| Author||D.A. Hooijer|
|Title||Some remarks on recent, prehistoric, and fossil Porcupines from the Malay Archipelago|
|Abstract||Few fossil remains of rodents have been collected in Java until now, and they have received little attention. In the reports published during his paleontological researches in Java, Dubois twice records finds of Hystrix remains, viz., at Pati-Ajam in Japara (Anonymus, 1891, p. 12/13), and in the region between Bangle and Djeroek (Anonymus, 1893, p. 12). In a subsequent paper (Dubois, 1907, p. 454) we find mention of the presence of porcupines in the fossil fauna of Java, but in his review of the latter fauna Dubois (1908) bestows no words upon these rodents. The Selenka Expedition to Trinil secured one tooth, which was figured by Stremme (1911, p. 83, pl. XVI fig. 5) as a right M2 of a small species of Hystrix. Finally a tooth of Hystrix from Sangiran II was made mention of by Von Koenigswald (1934, p. 193).|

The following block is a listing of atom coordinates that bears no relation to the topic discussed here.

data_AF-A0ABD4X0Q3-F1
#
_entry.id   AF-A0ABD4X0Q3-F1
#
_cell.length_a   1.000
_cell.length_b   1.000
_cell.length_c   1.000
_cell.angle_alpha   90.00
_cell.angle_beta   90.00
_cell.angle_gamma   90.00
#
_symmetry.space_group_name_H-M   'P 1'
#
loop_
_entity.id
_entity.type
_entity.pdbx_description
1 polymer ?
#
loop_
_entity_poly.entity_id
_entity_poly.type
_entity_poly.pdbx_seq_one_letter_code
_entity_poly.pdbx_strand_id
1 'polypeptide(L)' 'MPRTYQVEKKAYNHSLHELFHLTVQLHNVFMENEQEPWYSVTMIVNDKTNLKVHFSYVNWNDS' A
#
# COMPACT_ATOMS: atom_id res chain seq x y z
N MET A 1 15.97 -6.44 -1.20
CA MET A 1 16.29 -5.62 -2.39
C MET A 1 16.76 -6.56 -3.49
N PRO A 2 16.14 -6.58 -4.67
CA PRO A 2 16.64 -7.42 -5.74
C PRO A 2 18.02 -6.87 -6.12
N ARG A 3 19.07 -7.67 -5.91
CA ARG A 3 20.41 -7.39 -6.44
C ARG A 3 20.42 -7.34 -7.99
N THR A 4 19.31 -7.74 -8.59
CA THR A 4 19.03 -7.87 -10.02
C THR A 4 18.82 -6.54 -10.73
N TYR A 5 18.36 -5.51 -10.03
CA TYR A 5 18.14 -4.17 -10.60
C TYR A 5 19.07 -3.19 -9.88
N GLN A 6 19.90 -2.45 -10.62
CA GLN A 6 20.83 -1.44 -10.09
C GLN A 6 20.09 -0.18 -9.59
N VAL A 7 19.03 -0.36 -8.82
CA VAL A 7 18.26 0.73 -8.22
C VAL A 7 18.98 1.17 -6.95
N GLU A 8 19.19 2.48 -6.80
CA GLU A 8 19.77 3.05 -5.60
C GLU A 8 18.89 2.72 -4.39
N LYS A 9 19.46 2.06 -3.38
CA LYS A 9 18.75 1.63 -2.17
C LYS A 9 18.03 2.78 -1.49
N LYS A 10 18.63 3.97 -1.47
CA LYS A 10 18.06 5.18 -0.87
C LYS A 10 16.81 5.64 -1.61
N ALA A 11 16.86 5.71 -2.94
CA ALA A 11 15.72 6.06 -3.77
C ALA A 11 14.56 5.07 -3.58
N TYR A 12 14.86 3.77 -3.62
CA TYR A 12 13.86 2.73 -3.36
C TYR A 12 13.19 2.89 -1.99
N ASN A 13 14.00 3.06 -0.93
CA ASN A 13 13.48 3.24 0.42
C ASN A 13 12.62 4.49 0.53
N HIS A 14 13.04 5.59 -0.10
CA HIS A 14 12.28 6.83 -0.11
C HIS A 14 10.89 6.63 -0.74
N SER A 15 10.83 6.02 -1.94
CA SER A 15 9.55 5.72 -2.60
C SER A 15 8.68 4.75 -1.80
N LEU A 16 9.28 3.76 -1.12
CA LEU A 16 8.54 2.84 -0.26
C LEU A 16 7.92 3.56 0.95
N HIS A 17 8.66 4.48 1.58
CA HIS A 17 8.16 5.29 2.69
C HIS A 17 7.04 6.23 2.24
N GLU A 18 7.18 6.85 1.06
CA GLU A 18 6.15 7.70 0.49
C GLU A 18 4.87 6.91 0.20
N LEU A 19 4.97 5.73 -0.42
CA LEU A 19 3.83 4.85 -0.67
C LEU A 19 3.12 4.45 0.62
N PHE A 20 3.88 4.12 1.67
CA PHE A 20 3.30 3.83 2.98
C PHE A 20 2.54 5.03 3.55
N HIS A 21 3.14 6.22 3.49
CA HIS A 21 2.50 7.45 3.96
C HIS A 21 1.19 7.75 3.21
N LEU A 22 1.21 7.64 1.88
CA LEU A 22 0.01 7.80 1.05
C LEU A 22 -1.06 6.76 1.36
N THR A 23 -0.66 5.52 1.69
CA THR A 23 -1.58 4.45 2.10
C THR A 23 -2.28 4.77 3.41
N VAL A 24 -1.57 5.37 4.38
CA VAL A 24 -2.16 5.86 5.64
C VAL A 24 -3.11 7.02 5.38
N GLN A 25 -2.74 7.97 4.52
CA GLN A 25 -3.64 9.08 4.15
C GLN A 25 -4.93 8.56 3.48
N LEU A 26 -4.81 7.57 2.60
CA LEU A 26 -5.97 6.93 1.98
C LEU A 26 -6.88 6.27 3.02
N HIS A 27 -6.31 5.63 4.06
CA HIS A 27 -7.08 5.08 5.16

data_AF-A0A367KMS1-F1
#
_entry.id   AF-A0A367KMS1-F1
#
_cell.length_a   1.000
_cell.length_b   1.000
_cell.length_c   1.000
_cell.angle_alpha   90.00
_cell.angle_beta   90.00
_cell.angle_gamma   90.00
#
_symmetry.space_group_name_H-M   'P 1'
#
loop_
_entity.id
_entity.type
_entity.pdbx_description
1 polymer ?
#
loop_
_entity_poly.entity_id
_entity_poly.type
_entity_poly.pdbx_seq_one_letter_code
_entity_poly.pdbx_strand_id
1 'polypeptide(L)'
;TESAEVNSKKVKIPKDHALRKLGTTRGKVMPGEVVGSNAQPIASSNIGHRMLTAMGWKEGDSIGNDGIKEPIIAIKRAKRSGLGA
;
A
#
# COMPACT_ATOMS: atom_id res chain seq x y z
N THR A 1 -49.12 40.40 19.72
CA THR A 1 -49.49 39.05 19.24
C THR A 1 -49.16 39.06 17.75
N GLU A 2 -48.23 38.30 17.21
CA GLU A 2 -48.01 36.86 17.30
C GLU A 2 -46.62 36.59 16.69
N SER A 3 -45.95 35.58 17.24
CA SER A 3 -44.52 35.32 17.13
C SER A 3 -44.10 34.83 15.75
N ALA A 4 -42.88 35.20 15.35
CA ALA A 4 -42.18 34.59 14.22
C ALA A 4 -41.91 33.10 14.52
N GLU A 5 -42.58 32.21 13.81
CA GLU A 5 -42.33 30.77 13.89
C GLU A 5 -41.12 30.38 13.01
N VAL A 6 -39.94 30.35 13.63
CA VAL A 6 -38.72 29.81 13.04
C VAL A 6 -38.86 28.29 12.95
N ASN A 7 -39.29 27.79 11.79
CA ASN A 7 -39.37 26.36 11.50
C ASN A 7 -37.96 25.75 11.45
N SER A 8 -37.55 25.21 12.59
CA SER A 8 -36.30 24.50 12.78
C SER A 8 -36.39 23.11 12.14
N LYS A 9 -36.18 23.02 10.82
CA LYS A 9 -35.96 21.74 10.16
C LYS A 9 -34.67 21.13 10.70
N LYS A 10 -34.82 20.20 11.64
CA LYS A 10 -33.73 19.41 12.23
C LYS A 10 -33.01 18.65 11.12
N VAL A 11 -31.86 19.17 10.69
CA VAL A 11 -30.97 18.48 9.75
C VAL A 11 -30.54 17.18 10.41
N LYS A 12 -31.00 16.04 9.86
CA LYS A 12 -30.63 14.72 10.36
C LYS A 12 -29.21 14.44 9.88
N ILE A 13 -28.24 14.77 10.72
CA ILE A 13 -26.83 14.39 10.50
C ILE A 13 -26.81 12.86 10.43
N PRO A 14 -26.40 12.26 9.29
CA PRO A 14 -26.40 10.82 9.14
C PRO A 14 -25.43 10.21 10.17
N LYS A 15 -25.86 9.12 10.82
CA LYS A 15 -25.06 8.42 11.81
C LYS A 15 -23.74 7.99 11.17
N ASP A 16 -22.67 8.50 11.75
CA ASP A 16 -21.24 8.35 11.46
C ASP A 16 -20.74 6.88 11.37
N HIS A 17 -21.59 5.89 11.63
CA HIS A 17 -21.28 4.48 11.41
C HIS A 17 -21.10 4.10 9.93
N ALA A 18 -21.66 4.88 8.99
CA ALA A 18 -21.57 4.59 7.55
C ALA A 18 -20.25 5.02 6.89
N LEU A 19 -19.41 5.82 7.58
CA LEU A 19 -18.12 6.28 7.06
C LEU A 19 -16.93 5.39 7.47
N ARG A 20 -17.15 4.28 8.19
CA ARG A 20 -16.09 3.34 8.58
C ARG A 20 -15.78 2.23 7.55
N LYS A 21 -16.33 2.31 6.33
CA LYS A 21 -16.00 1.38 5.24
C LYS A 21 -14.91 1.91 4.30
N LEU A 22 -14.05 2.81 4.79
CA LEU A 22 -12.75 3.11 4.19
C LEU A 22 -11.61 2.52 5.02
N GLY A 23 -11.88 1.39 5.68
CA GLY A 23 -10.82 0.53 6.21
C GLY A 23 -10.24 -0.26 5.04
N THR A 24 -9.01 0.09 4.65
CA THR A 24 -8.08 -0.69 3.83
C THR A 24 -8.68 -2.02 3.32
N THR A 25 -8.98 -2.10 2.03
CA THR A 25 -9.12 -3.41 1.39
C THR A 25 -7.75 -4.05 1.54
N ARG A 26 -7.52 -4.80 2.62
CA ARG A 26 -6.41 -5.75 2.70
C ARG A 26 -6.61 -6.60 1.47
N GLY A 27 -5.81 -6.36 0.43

Among the material from prehistoric caves in the Padang Highlands, in Central Sumatra, which were explored by Dubois in the years 1888 to 1890 (Anonymus, 1889-90) teeth of porcupines are prevalent, and almost every tooth or bone in the Sumatran collection bears evidence of the gnawing habits of these animals. We possess hundreds of isolated porcupine teeth, but also a number of rami with the teeth in situ, and a few bones referable to the same animals.
The recent porcupine of Java is regarded by modern authors as a subspecies of Acanthion brachyurus (L.) from the Malay Peninsula. The Sumatran form of Acanthion is intermediate in size, as in geographical position, between A. b. brachyurus (L.) and A. b. javanicum Cuvier; it is named Acanthion brachyurus longicaudum (Marsden) in the present paper.
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